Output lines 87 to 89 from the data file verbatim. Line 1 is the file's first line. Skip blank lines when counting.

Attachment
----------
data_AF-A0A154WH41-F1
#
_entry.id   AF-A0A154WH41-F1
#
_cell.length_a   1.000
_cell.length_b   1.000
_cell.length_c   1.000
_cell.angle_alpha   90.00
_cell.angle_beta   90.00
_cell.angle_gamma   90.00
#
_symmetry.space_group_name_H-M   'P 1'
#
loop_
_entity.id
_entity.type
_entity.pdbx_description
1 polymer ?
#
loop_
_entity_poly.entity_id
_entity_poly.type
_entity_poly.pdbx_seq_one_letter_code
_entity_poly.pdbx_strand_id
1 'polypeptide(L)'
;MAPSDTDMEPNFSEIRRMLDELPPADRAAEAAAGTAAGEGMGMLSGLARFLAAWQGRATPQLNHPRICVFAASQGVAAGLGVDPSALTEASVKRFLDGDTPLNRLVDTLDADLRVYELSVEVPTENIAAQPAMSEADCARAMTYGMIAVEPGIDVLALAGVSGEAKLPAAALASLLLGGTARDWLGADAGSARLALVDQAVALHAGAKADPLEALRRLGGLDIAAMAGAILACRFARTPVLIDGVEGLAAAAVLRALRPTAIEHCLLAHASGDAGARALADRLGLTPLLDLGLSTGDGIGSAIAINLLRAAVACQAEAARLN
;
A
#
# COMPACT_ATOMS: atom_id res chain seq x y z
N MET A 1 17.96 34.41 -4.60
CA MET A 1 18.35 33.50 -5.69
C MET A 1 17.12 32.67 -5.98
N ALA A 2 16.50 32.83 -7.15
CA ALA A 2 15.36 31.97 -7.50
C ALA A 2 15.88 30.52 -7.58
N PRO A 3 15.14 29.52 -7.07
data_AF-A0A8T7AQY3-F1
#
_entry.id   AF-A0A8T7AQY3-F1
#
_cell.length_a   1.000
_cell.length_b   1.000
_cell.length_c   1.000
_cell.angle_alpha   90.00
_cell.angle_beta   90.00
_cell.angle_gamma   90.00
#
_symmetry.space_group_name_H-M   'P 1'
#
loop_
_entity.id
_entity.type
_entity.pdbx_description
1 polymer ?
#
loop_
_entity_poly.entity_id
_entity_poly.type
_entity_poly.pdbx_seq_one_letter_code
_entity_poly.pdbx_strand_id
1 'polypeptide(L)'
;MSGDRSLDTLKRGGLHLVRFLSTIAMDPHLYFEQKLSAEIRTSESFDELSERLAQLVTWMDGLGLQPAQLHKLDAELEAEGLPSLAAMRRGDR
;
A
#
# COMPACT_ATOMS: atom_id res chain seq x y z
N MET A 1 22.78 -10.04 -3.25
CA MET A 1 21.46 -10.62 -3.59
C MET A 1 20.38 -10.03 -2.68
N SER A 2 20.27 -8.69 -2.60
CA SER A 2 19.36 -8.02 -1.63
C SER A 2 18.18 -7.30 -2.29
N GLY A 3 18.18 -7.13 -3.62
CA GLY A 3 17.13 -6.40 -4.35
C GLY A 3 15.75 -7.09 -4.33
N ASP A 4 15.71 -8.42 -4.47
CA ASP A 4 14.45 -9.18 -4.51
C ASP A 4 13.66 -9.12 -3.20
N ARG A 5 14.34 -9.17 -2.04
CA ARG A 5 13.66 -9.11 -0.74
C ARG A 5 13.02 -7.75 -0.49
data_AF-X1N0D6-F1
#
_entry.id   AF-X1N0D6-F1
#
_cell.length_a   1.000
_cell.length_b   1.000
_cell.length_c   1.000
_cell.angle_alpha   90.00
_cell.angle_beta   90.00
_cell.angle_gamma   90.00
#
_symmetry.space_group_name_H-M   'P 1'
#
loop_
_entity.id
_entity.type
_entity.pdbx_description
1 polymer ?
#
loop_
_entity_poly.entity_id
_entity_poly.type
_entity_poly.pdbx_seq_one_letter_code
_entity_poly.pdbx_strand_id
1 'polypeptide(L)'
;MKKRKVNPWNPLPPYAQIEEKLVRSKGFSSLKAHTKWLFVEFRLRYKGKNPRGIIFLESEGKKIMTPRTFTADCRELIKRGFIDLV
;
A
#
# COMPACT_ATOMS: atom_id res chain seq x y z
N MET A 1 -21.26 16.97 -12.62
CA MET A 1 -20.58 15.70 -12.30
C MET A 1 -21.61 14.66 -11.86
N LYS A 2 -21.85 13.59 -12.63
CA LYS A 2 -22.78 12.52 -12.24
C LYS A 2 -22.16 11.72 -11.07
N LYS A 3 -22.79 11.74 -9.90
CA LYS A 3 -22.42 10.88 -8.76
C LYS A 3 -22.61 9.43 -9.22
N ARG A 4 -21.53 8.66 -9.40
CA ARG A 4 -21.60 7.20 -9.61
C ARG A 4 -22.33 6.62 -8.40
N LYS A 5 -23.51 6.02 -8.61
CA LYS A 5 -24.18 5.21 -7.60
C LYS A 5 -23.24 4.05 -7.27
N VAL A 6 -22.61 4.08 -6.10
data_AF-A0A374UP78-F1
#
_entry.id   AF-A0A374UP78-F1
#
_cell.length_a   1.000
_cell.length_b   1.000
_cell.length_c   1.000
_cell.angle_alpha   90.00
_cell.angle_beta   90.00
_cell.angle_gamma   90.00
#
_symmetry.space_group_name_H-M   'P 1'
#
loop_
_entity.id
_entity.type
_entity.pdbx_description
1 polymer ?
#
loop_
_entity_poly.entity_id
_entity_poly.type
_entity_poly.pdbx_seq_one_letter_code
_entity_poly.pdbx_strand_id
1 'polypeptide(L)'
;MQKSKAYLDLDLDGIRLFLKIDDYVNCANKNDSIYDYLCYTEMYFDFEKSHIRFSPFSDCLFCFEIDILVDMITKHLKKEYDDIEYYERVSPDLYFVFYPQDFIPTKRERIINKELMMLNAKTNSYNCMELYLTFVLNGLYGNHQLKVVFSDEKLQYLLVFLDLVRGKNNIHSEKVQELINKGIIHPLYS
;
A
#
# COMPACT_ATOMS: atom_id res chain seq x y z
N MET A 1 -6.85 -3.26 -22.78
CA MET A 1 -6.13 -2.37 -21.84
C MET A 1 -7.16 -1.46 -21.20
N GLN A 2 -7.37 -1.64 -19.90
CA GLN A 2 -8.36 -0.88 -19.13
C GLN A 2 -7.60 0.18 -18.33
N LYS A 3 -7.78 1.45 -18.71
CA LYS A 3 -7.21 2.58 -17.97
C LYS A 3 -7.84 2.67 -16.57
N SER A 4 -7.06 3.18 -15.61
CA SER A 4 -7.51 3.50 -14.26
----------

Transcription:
_cell.length_a   1.000
_cell.length_b   1.000
_cell.length_c   1.000